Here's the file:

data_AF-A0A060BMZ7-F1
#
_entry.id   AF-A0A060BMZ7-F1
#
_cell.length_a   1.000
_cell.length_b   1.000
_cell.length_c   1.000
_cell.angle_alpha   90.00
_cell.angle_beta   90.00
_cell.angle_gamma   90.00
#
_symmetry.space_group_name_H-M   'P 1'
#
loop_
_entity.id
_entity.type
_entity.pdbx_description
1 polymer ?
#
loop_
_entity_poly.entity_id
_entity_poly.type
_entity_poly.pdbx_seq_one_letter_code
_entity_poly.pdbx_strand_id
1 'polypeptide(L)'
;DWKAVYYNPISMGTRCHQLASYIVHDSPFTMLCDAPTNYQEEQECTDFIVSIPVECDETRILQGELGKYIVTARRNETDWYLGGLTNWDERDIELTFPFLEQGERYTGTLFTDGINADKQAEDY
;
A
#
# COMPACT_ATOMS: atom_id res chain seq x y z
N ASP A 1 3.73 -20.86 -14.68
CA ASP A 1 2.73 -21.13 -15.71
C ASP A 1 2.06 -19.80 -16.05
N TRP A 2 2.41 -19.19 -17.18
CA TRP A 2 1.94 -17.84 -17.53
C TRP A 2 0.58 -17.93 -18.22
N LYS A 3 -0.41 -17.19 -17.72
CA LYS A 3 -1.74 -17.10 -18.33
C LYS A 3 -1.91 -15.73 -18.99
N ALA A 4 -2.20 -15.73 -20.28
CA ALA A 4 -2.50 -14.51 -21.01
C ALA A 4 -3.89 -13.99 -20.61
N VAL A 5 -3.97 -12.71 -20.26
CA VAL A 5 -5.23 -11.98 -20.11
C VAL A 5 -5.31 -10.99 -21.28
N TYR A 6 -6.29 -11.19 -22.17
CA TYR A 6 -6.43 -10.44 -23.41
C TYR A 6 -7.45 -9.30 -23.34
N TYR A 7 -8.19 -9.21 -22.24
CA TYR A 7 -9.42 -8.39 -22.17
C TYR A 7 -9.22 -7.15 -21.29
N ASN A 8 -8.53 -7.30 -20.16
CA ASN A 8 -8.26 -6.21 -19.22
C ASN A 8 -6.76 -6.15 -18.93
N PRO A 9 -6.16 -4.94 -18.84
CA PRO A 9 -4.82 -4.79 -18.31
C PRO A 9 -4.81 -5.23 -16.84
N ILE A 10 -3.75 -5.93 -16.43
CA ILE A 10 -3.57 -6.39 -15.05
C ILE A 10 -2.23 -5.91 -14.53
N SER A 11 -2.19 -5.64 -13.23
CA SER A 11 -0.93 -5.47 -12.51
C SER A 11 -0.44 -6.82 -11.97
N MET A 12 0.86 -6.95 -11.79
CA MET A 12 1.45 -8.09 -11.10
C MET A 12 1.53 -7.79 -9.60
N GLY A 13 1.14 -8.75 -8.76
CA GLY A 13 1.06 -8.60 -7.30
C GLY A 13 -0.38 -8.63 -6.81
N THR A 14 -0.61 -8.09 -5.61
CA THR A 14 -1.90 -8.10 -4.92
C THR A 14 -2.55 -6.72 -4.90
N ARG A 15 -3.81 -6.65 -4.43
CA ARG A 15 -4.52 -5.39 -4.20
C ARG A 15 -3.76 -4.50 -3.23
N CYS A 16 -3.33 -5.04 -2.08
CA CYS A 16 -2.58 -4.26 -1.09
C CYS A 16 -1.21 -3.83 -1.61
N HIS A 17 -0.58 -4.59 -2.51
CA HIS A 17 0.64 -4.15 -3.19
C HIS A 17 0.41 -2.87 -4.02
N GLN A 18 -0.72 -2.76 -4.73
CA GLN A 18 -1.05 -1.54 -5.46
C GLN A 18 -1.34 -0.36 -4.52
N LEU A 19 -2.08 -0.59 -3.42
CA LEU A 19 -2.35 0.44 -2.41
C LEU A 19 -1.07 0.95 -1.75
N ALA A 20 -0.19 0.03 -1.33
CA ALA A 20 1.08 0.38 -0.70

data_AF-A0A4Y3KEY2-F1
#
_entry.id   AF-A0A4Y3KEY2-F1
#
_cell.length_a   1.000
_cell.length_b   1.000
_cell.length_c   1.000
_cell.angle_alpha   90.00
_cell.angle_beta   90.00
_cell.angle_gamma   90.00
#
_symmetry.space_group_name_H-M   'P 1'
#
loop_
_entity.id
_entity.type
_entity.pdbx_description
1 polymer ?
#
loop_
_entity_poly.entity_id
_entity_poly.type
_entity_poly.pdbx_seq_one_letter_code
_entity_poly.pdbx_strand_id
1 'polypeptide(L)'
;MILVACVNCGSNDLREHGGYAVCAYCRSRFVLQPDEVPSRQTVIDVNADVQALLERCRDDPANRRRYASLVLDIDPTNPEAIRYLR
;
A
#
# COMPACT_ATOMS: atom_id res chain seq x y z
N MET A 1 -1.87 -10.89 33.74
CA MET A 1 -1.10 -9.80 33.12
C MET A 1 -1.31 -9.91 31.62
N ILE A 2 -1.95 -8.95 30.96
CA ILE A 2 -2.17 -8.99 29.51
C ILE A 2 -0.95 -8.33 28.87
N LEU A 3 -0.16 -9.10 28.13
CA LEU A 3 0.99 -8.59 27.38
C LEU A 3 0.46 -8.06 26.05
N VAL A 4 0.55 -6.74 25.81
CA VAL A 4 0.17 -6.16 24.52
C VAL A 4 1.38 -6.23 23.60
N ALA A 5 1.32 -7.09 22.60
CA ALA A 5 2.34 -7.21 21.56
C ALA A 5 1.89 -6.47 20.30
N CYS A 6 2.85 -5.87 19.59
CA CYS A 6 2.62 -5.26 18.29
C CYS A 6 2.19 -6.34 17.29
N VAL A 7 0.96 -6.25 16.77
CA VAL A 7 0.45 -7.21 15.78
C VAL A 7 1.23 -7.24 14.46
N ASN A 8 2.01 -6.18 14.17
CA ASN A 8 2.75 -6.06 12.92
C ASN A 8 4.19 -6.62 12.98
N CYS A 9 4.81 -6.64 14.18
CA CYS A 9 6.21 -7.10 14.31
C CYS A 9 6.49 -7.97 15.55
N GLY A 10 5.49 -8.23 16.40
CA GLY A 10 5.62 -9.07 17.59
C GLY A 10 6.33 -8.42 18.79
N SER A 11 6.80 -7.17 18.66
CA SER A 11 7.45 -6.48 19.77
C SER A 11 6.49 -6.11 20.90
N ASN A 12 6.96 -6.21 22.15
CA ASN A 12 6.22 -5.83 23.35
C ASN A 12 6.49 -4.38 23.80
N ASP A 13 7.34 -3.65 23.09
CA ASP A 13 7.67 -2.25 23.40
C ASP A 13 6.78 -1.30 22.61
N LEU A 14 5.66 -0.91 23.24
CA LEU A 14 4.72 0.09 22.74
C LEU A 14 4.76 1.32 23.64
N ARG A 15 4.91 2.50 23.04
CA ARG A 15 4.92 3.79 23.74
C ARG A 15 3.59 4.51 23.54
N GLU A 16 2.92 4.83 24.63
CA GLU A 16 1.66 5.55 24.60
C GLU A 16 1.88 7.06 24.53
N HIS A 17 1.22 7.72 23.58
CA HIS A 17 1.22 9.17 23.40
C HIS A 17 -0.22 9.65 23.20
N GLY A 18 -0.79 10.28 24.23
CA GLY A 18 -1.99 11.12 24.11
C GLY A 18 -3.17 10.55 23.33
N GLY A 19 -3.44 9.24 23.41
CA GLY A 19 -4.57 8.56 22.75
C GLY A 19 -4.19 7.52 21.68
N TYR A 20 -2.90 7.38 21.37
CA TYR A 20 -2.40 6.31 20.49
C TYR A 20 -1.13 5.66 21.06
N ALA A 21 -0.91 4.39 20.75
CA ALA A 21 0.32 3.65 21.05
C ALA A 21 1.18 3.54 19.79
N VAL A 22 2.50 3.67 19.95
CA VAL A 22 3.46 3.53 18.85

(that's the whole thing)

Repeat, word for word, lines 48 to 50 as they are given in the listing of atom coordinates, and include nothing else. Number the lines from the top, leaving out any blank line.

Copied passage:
C TYR A 6 -7.45 -9.30 -23.34
N TYR A 7 -8.19 -9.21 -22.24
CA TYR A 7 -9.42 -8.39 -22.17